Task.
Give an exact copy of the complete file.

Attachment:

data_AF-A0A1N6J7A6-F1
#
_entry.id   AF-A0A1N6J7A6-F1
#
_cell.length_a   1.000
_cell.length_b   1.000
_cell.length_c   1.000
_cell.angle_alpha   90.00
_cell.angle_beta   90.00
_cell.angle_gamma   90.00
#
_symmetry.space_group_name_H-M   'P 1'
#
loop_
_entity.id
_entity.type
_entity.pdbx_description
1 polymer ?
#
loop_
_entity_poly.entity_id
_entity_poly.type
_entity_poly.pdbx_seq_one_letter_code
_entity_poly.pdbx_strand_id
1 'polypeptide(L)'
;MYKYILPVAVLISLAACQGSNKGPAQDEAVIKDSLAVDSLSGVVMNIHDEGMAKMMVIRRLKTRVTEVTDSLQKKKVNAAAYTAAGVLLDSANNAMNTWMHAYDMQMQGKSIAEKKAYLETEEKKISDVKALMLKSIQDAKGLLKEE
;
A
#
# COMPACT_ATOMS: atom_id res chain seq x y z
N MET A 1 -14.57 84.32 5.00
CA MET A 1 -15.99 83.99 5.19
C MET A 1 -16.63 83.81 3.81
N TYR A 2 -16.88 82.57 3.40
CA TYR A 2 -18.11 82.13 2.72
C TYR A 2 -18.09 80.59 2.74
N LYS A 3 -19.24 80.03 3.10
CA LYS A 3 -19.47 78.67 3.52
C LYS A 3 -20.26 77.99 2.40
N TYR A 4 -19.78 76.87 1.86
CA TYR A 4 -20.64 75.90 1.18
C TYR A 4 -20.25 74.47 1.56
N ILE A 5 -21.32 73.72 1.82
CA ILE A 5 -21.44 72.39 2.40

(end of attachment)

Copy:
data_AF-A0A1N6J7A6-F1
#
_entry.id   AF-A0A1N6J7A6-F1
#
_cell.length_a   1.000
_cell.length_b   1.000
_cell.length_c   1.000
_cell.angle_alpha   90.00
_cell.angle_beta   90.00
_cell.angle_gamma   90.00
#
_symmetry.space_group_name_H-M   'P 1'
#
loop_
_entity.id
_entity.type
_entity.pdbx_description
1 polymer ?
#
loop_
_entity_poly.entity_id
_entity_poly.type
_entity_poly.pdbx_seq_one_letter_code
_entity_poly.pdbx_strand_id
1 'polypeptide(L)'
;MYKYILPVAVLISLAACQGSNKGPAQDEAVIKDSLAVDSLSGVVMNIHDEGMAKMMVIRRLKTRVTEVTDSLQKKKVNAAAYTAAGVLLDSANNAMNTWMHAYDMQMQGKSIAEKKAYLETEEKKISDVKALMLKSIQDAKGLLKEE
;
A
#
# COMPACT_ATOMS: atom_id res chain seq x y z
N MET A 1 -14.57 84.32 5.00
CA MET A 1 -15.99 83.99 5.19
C MET A 1 -16.63 83.81 3.81
N TYR A 2 -16.88 82.57 3.40
CA TYR A 2 -18.11 82.13 2.72
C TYR A 2 -18.09 80.59 2.74
N LYS A 3 -19.24 80.03 3.10
CA LYS A 3 -19.47 78.67 3.52
C LYS A 3 -20.26 77.99 2.40
N TYR A 4 -19.78 76.87 1.86
CA TYR A 4 -20.64 75.90 1.18
C TYR A 4 -20.25 74.47 1.56
N ILE A 5 -21.32 73.72 1.82
CA ILE A 5 -21.44 72.39 2.40